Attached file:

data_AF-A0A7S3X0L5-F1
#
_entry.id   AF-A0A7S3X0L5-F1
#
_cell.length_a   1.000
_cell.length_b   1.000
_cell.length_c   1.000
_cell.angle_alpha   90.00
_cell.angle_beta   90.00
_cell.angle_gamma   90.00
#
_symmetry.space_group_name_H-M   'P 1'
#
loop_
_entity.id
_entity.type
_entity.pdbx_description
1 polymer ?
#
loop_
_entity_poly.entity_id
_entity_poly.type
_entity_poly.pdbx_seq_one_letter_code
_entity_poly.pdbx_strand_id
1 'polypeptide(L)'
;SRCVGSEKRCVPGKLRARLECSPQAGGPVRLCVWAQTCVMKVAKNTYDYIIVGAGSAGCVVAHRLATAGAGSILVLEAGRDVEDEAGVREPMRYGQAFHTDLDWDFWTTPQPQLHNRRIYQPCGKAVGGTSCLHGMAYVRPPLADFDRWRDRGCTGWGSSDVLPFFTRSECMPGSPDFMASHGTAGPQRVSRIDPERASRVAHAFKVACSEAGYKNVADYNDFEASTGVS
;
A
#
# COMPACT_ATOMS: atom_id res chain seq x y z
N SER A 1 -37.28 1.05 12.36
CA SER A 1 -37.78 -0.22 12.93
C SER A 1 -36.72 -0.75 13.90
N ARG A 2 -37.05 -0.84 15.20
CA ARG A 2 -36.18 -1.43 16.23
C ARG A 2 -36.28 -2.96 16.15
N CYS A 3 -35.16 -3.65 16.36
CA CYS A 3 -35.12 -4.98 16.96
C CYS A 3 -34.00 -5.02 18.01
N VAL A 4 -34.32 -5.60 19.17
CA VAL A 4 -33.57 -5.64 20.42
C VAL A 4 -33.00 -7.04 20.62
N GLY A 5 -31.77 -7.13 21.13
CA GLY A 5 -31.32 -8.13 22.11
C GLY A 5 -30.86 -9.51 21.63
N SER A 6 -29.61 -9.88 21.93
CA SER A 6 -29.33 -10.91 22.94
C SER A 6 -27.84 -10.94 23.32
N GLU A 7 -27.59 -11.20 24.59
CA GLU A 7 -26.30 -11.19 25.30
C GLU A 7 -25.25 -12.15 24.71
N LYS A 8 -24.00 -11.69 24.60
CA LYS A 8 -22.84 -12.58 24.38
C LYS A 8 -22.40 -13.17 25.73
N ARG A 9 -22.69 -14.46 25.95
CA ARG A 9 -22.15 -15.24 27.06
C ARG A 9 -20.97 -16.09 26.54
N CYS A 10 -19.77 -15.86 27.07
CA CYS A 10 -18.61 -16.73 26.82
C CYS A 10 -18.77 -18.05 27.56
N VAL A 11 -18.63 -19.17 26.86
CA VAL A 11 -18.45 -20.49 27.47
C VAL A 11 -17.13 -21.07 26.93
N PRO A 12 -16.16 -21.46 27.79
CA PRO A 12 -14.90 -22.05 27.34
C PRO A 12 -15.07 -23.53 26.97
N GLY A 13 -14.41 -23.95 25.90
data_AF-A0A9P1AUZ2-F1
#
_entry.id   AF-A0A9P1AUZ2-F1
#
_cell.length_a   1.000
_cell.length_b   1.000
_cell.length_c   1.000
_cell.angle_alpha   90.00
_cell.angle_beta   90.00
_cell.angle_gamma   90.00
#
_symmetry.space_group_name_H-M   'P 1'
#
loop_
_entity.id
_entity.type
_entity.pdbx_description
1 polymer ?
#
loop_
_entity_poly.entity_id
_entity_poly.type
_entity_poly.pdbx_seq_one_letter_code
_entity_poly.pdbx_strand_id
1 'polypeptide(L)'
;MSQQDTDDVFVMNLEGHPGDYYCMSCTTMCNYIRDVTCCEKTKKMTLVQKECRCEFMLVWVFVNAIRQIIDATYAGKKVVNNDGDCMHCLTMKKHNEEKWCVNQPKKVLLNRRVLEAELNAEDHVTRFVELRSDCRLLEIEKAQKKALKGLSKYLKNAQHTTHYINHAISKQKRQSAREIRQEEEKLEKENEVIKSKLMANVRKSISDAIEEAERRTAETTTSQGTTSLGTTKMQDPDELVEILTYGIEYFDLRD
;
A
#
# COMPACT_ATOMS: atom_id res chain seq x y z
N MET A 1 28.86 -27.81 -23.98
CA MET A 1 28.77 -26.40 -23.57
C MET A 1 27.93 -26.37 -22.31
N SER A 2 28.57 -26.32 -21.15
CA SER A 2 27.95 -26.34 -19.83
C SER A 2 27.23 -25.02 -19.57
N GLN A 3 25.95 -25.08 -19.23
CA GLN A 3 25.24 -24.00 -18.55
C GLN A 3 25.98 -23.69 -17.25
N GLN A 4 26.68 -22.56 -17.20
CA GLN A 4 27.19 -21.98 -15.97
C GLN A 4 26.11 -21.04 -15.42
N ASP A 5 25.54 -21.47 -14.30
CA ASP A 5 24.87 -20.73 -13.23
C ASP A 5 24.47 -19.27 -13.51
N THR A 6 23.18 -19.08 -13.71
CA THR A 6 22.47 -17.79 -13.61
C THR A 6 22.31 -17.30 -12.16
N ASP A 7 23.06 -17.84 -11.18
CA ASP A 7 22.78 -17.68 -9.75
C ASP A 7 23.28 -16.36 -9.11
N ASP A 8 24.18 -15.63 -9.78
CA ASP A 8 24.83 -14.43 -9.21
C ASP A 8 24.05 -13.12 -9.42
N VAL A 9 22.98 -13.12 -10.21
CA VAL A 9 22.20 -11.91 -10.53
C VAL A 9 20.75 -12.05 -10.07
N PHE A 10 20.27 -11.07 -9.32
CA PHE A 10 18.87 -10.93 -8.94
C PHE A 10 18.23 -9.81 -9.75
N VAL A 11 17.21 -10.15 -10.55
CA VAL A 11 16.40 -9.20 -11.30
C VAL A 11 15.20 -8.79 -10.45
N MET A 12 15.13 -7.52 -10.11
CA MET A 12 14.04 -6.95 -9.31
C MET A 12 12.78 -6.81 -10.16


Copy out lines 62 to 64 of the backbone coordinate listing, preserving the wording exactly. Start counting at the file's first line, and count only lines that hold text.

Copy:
CA VAL A 11 -18.45 -20.49 27.47
C VAL A 11 -17.13 -21.07 26.93
N PRO A 12 -16.16 -21.46 27.79